Banton mixed in two driving layups along with two catch-and-shoot threes for his 10 points in 16 minutes, which is the best guard play the Raptors have had off the bench all season. Banton's speed really pops when you see it in person, because a six-foot-nine player handling the ball should not be anywhere close to as fast as Banton is. On one of his two layups, Banton got the inbound pass off a Pacers basket, and raced downhill so fast that he beat every single player down the court, and a helpless T.J. McConnell could only swipe at him as he dashed in for the and-one finish. Banton is the fastest player on the team changing ends with the ball.
Six -- The introduction of Banton as the backup point guard had a cascading effect on the Raptors' defence. The smallest player on the floor became VanVleet, who is an all-word defender on account of his anticipation and his toughness. The next smallest players were Svi Mykhailiuk and Gary Trent Jr., both at six-foot-six with a combined seven steals between them, and the rest of the rotation were six-foot-nine forwards with seven-foot wingspans. Simply put, the Pacers had nowhere to go because the Raptors had a hand in every passing lane, were aggressive in their double teams, and there were no mismatches anywhere for a Pacers player to attack one-on-one.
One of the oddest sights from this game was seeing the ease in which Banton swatted McConnell's driving layup, because not only did Banton match him for quickness which allowed him to cut off the drive, but he was also a foot taller against someone at his own position.
Seven -- Nurse's defensive scheme against Sabonis continues to be excellent. Sabonis is normally a dominant post player who is crafty with his passing while also being physical in the paint, but Nurse's strategy of swarming him with triple teams at times completely cut him off. Sabonis went from scoring 33 points in his season opener, to only attempting four shots. The Raptors closed down on him so hard that Sabonis didn't even score a single basket after the seven-minute mark of the first quarter.
Credit goes to Precious Achiuwa and Khem Birch for bodying him up and denying him position, but the way Trent Jr., Anunoby, and VanVleet flustered him was breathtaking to watch. Even though Sabonis is an elite passer for a center, he recorded only three assists against four turnovers.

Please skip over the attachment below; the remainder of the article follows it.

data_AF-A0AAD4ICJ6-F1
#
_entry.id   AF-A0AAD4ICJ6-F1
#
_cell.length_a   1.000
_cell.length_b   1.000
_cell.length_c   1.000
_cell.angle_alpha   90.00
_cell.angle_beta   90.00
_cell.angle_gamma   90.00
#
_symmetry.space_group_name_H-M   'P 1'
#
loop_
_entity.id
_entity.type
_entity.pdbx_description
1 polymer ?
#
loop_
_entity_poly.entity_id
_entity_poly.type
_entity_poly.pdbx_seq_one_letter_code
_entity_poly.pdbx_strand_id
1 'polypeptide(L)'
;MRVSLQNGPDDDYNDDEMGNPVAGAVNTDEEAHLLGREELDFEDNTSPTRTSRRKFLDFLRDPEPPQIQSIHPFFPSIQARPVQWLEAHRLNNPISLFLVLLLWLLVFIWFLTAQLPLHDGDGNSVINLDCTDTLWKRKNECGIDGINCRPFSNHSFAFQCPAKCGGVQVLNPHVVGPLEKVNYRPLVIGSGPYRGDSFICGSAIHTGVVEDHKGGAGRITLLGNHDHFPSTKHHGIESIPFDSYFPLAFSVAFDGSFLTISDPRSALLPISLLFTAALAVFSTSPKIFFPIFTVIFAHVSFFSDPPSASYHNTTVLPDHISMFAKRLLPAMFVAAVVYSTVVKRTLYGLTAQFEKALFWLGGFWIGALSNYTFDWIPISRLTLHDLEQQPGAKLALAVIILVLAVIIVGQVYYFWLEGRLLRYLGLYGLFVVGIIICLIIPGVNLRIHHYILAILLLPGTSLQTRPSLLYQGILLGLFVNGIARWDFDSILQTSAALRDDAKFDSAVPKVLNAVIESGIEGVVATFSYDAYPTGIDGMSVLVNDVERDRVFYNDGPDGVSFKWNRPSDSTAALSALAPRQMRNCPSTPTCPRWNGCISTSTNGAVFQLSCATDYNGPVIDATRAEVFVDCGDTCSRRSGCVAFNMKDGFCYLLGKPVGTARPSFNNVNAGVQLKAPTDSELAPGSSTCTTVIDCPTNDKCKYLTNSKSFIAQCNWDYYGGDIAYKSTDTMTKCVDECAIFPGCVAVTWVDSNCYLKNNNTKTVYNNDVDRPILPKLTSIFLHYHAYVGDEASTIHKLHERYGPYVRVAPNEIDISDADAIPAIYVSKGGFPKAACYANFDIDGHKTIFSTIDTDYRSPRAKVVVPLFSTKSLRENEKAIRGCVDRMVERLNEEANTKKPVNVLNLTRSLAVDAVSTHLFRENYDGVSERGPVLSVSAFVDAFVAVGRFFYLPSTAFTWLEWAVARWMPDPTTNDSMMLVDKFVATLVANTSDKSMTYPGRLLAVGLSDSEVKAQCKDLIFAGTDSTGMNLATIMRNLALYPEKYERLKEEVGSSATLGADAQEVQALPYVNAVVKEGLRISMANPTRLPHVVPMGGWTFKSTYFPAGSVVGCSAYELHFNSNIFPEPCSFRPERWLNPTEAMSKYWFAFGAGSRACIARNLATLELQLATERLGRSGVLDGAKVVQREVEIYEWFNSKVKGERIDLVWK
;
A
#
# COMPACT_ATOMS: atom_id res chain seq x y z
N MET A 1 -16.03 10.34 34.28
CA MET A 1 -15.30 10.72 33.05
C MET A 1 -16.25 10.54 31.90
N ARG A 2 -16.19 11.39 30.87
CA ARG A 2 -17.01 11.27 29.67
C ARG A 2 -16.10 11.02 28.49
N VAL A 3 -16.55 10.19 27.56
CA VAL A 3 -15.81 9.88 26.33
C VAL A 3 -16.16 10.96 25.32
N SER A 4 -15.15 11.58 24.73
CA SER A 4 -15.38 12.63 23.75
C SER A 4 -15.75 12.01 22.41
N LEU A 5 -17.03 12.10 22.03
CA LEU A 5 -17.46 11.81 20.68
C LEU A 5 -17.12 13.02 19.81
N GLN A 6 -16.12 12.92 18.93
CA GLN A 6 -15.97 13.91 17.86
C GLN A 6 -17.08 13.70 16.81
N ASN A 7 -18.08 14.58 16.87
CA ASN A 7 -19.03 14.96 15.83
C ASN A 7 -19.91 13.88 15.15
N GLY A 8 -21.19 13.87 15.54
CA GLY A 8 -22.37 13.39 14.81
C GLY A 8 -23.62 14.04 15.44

Eight -- Chis Boucher finished the game much stronger than he started it. He opened his account with many of the same mistakes that drive coaches crazy, such as being late to closeout, failing to hold his position because he didn't seal his man and taking ill-advised shots. But he did get 18 minutes tonight from Nurse because his defence came around in the fourth quarter.
Boucher recorded a block at the rim, changed a pair of shots at the rim with his length, and on his most positive sequence, he resisted his urge to leave his feet on a pump fake, kept his man in front, and forced a shot-clock violation. Boucher needs to understand that Nurse will reward him for being solid, not for the spectacular.
Nine -- The only issue with the Raptors stacking up so many forwards is the lack of shooting. It didn't hurt them tonight since VanVleet and Anunoby combined for 10 of their 14 threes, but their shooting drops off significantly when one or both players hit the bench. The spacing is especially tight for the second unit, where Mykhailiuk is often the only threat from deep, and that's one threat that Dragic and Flynn provide which Banton ordinarily wouldn't.
There's not a great in-house solution to this problem outside of Boucher finding his rhythm, which is why Nurse should look to keep giving him chances. And with Banton's length on the floor at point guard, maybe there is some more leeway defensively to where Boucher can make up the gap with his shooting.
Ten -- Adding Pascal Siakam and Yuta Watanabe back to this group will supercharge the defence. There will be a new rotation to be sorted out, both in how Siakam slots in with the starters and how Nurse wants to deploy Wanatabe with the bench, but managing the fit is simply a matter of getting enough scoring on the floor. Watanabe could either take Mykhailiuk's minutes at shooting guard, or he can be Boucher's replacement as the backup power forward, while Siakam joining a starting group with Anunoby, VanVleet, Barnes, and one of Trent Jr. or Achiuwa is a scary proposition in how versatile and tough the Raptors will be on defence.